When her daughter started secondary school, Harriet became a secretary for a busy GP practice. "I was overwhelmed and in tears every day," she says. "But I'd managed a team when I worked for the civil service, so I knew I could work to a high standard." After three months of struggling, and suspecting she had depression, Harriet handed in her notice. At no point did she discuss her problems with her boss. "She was a woman a few years older than me and had surely been through this herself. But I was too intimidated to bring it up."
Finally, with time to think, she started to wonder whether her problems might be hormone-related. She saw her GP, who gave her a blood test. "He told me my FSH levels [the hormones that regulate the menstrual cycle] were sky high and I was going through the menopause," she says. After starting HRT, she now works for a property company and feels "back to my old self".
Taylor hopes the survey results will encourage companies to take action. "Only 16 per cent of women were aware their companies had a menopause policy," she says. "Fifty-one per cent said there was nothing in place, and a third weren't sure." She describes a menopause policy as similar to maternity leave – with the option of flexible hours, shorter meetings and cotton uniforms, where they are worn, instead of sweat-inducing artificial fibres.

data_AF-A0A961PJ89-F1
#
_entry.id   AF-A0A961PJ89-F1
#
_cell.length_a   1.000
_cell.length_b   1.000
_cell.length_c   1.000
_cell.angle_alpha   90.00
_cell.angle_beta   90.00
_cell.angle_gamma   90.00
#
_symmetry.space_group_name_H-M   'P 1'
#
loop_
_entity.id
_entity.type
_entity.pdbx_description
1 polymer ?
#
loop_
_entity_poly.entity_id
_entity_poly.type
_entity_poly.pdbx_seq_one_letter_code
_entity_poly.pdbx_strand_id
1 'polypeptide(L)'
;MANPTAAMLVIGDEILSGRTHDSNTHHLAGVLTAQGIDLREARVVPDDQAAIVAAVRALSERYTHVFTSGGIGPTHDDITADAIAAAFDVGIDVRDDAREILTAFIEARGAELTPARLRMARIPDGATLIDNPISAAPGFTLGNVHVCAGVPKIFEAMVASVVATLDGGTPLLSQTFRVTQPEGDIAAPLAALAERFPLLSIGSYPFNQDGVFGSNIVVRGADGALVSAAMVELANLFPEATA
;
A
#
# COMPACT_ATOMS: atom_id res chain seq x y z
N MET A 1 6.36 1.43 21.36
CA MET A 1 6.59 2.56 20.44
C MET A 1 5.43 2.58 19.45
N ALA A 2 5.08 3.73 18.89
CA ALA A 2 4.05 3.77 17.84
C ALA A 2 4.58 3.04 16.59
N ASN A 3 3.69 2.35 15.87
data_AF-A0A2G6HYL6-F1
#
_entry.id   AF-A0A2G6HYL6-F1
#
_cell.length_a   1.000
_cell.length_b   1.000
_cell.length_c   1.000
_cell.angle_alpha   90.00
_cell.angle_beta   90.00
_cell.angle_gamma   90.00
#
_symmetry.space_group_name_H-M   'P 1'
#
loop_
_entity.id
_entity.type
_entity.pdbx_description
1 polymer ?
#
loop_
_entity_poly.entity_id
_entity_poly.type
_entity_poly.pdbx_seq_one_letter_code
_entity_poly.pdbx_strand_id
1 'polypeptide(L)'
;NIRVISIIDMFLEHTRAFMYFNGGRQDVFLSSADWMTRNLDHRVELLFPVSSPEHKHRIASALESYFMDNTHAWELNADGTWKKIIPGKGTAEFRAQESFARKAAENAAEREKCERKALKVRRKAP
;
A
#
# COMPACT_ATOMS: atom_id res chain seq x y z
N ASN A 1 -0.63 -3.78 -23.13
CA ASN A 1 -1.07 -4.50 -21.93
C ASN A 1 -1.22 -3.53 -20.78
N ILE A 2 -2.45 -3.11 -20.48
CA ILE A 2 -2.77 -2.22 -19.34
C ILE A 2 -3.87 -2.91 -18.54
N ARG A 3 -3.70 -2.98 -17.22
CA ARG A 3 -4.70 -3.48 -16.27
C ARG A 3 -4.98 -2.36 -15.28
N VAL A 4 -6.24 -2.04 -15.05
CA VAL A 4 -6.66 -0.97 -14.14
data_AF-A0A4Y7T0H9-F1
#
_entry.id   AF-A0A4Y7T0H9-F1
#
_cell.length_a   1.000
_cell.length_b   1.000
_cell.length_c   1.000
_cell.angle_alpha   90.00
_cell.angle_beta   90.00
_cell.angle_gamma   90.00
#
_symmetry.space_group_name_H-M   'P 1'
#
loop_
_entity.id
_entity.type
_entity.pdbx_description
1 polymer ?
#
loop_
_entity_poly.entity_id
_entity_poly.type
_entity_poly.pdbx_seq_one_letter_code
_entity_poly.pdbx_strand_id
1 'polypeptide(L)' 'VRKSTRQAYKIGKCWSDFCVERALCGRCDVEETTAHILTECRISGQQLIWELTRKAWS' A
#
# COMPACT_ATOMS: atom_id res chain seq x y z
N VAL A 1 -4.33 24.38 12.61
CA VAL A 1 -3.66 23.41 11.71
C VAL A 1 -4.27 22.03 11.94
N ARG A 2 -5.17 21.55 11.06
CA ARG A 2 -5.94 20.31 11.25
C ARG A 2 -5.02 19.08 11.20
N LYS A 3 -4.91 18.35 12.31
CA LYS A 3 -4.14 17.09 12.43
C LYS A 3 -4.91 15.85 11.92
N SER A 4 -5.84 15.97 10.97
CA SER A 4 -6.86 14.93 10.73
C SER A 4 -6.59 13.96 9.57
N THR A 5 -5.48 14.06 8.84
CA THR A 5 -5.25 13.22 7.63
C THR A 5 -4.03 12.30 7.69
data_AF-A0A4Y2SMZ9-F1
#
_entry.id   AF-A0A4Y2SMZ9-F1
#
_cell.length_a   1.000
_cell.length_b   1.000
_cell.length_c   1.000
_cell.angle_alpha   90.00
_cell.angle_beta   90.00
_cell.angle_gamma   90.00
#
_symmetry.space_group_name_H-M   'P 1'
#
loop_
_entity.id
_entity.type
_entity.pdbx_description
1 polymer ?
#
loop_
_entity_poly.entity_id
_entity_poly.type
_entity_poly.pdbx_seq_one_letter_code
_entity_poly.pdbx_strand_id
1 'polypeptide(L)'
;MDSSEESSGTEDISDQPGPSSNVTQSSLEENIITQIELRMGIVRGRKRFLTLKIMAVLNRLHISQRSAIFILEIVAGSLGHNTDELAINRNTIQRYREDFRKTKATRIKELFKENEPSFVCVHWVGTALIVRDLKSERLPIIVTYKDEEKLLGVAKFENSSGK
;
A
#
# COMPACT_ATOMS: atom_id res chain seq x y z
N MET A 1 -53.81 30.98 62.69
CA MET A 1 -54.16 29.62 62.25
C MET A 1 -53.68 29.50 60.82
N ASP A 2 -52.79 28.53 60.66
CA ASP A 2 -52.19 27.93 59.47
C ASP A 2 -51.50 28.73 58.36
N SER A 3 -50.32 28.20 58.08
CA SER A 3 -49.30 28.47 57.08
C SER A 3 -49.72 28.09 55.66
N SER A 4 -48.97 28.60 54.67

The Latte Lounge offers information for big companies on implementing menopause policies and organises talks for staff.
"I recently spoke to 350 people at a tech company. Many were men, asking questions so they could support their mothers and partners, as well as their colleagues," she says. "We're seeing great engagement".
After two and a half years at home, Wills, now 53, decided to return to work.
"I was open about the fact my career break had been due to menopause symptoms," she says. "I applied for 15 jobs with no luck. Then I came across Hargreaves Lansdown, a financial services company with a menopause policy. The woman who hired me told me I was being offered the job on the strength of my experiences."
Such good-news stories cheer Taylor, who feels the term "menopause" is outdated and should be replaced with "oestrogen deficiency disease".
"But really, we don't want a label," she adds. "We just want to feel like our old selves again, excel at our jobs and enjoy life."